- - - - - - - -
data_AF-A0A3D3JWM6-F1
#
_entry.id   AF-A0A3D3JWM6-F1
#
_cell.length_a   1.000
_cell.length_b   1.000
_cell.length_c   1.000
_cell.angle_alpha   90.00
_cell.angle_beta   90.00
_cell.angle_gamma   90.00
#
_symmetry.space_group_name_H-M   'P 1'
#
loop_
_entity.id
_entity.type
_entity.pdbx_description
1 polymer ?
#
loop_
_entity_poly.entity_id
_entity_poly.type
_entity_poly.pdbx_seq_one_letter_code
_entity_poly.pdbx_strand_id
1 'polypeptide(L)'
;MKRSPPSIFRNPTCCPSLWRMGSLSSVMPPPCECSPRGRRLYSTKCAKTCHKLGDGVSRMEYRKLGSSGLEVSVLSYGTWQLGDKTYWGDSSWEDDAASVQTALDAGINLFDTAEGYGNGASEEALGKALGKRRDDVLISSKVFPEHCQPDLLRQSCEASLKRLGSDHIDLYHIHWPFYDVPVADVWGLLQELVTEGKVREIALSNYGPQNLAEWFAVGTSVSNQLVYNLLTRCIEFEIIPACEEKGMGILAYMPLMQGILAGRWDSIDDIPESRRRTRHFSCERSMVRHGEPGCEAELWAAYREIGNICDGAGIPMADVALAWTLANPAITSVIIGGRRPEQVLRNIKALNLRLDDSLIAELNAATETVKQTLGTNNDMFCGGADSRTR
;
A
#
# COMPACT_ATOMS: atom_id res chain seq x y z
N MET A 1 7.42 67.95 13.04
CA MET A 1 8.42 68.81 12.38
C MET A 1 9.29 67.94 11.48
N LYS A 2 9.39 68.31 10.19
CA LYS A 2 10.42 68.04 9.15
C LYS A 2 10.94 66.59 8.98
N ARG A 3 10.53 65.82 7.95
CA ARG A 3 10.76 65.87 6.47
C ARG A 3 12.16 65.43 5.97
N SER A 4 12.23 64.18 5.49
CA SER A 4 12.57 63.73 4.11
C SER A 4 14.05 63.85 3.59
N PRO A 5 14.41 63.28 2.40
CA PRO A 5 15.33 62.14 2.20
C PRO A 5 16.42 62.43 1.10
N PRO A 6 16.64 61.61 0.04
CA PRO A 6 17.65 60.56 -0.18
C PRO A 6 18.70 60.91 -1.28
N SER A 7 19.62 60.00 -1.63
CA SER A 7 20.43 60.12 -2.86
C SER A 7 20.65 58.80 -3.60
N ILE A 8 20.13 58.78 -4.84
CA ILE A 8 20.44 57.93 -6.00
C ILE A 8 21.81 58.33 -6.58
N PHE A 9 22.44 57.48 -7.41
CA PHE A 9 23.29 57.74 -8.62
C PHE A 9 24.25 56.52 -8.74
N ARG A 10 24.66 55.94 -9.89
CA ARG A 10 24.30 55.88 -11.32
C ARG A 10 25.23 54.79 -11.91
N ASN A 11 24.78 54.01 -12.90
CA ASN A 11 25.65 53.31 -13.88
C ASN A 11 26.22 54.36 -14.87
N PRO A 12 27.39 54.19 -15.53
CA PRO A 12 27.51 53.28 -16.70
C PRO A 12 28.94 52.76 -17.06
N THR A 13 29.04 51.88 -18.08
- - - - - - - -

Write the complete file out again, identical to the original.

data_AF-A0A3D3JWM6-F1
#
_entry.id   AF-A0A3D3JWM6-F1
#
_cell.length_a   1.000
_cell.length_b   1.000
_cell.length_c   1.000
_cell.angle_alpha   90.00
_cell.angle_beta   90.00
_cell.angle_gamma   90.00
#
_symmetry.space_group_name_H-M   'P 1'
#
loop_
_entity.id
_entity.type
_entity.pdbx_description
1 polymer ?
#
loop_
_entity_poly.entity_id
_entity_poly.type
_entity_poly.pdbx_seq_one_letter_code
_entity_poly.pdbx_strand_id
1 'polypeptide(L)'
;MKRSPPSIFRNPTCCPSLWRMGSLSSVMPPPCECSPRGRRLYSTKCAKTCHKLGDGVSRMEYRKLGSSGLEVSVLSYGTWQLGDKTYWGDSSWEDDAASVQTALDAGINLFDTAEGYGNGASEEALGKALGKRRDDVLISSKVFPEHCQPDLLRQSCEASLKRLGSDHIDLYHIHWPFYDVPVADVWGLLQELVTEGKVREIALSNYGPQNLAEWFAVGTSVSNQLVYNLLTRCIEFEIIPACEEKGMGILAYMPLMQGILAGRWDSIDDIPESRRRTRHFSCERSMVRHGEPGCEAELWAAYREIGNICDGAGIPMADVALAWTLANPAITSVIIGGRRPEQVLRNIKALNLRLDDSLIAELNAATETVKQTLGTNNDMFCGGADSRTR
;
A
#
# COMPACT_ATOMS: atom_id res chain seq x y z
N MET A 1 7.42 67.95 13.04
CA MET A 1 8.42 68.81 12.38
C MET A 1 9.29 67.94 11.48
N LYS A 2 9.39 68.31 10.19
CA LYS A 2 10.42 68.04 9.15
C LYS A 2 10.94 66.59 8.98
N ARG A 3 10.53 65.82 7.95
CA ARG A 3 10.76 65.87 6.47
C ARG A 3 12.16 65.43 5.97
N SER A 4 12.23 64.18 5.49
CA SER A 4 12.57 63.73 4.11
C SER A 4 14.05 63.85 3.59
N PRO A 5 14.41 63.28 2.40
CA PRO A 5 15.33 62.14 2.20
C PRO A 5 16.42 62.43 1.10
N PRO A 6 16.64 61.61 0.04
CA PRO A 6 17.65 60.56 -0.18
C PRO A 6 18.70 60.91 -1.28
N SER A 7 19.62 60.00 -1.63
CA SER A 7 20.43 60.12 -2.86
C SER A 7 20.65 58.80 -3.60
N ILE A 8 20.13 58.78 -4.84
CA ILE A 8 20.44 57.93 -6.00
C ILE A 8 21.81 58.33 -6.58
N PHE A 9 22.44 57.48 -7.41
CA PHE A 9 23.29 57.74 -8.62
C PHE A 9 24.25 56.52 -8.74
N ARG A 10 24.66 55.94 -9.89
CA ARG A 10 24.30 55.88 -11.32
C ARG A 10 25.23 54.79 -11.91
N ASN A 11 24.78 54.01 -12.90
CA ASN A 11 25.65 53.31 -13.88
C ASN A 11 26.22 54.36 -14.87
N PRO A 12 27.39 54.19 -15.53
CA PRO A 12 27.51 53.28 -16.70
C PRO A 12 28.94 52.76 -17.06
N THR A 13 29.04 51.88 -18.08